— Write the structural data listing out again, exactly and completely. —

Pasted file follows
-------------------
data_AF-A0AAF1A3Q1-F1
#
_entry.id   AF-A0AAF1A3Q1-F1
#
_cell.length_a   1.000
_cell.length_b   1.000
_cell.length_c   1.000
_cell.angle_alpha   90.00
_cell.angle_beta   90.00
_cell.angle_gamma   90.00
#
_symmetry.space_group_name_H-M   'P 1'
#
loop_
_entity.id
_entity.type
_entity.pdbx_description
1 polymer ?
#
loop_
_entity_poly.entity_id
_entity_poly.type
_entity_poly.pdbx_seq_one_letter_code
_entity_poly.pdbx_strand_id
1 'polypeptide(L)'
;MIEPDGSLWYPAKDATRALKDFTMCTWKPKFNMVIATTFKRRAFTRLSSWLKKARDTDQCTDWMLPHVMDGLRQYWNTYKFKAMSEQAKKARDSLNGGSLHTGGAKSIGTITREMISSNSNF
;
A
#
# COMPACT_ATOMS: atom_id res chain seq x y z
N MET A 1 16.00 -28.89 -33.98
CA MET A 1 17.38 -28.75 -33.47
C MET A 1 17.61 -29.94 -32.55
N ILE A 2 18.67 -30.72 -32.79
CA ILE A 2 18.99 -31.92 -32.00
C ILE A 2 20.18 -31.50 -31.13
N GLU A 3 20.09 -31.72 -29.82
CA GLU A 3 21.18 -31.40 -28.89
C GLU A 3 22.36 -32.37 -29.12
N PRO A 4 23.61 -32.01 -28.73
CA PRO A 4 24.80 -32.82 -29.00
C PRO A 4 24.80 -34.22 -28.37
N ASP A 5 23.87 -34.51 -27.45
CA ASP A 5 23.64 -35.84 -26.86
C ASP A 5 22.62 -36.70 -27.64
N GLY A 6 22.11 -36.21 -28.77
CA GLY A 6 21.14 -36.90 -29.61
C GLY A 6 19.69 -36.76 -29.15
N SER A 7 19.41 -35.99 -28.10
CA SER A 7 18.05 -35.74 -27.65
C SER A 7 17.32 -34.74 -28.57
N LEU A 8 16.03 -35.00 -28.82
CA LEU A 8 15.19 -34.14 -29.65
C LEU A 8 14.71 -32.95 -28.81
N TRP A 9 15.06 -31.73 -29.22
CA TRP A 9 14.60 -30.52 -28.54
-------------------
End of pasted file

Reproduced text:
data_AF-A0AAF1A3Q1-F1
#
_entry.id   AF-A0AAF1A3Q1-F1
#
_cell.length_a   1.000
_cell.length_b   1.000
_cell.length_c   1.000
_cell.angle_alpha   90.00
_cell.angle_beta   90.00
_cell.angle_gamma   90.00
#
_symmetry.space_group_name_H-M   'P 1'
#
loop_
_entity.id
_entity.type
_entity.pdbx_description
1 polymer ?
#
loop_
_entity_poly.entity_id
_entity_poly.type
_entity_poly.pdbx_seq_one_letter_code
_entity_poly.pdbx_strand_id
1 'polypeptide(L)'
;MIEPDGSLWYPAKDATRALKDFTMCTWKPKFNMVIATTFKRRAFTRLSSWLKKARDTDQCTDWMLPHVMDGLRQYWNTYKFKAMSEQAKKARDSLNGGSLHTGGAKSIGTITREMISSNSNF
;
A
#
# COMPACT_ATOMS: atom_id res chain seq x y z
N MET A 1 16.00 -28.89 -33.98
CA MET A 1 17.38 -28.75 -33.47
C MET A 1 17.61 -29.94 -32.55
N ILE A 2 18.67 -30.72 -32.79
CA ILE A 2 18.99 -31.92 -32.00
C ILE A 2 20.18 -31.50 -31.13
N GLU A 3 20.09 -31.72 -29.82
CA GLU A 3 21.18 -31.40 -28.89
C GLU A 3 22.36 -32.37 -29.12
N PRO A 4 23.61 -32.01 -28.73
CA PRO A 4 24.80 -32.82 -29.00
C PRO A 4 24.80 -34.22 -28.37
N ASP A 5 23.87 -34.51 -27.45
CA ASP A 5 23.64 -35.84 -26.86
C ASP A 5 22.62 -36.70 -27.64
N GLY A 6 22.11 -36.21 -28.77
CA GLY A 6 21.14 -36.90 -29.61
C GLY A 6 19.69 -36.76 -29.15
N SER A 7 19.41 -35.99 -28.10
CA SER A 7 18.05 -35.74 -27.65
C SER A 7 17.32 -34.74 -28.57
N LEU A 8 16.03 -35.00 -28.82
CA LEU A 8 15.19 -34.14 -29.65
C LEU A 8 14.71 -32.95 -28.81
N TRP A 9 15.06 -31.73 -29.22
CA TRP A 9 14.60 -30.52 -28.54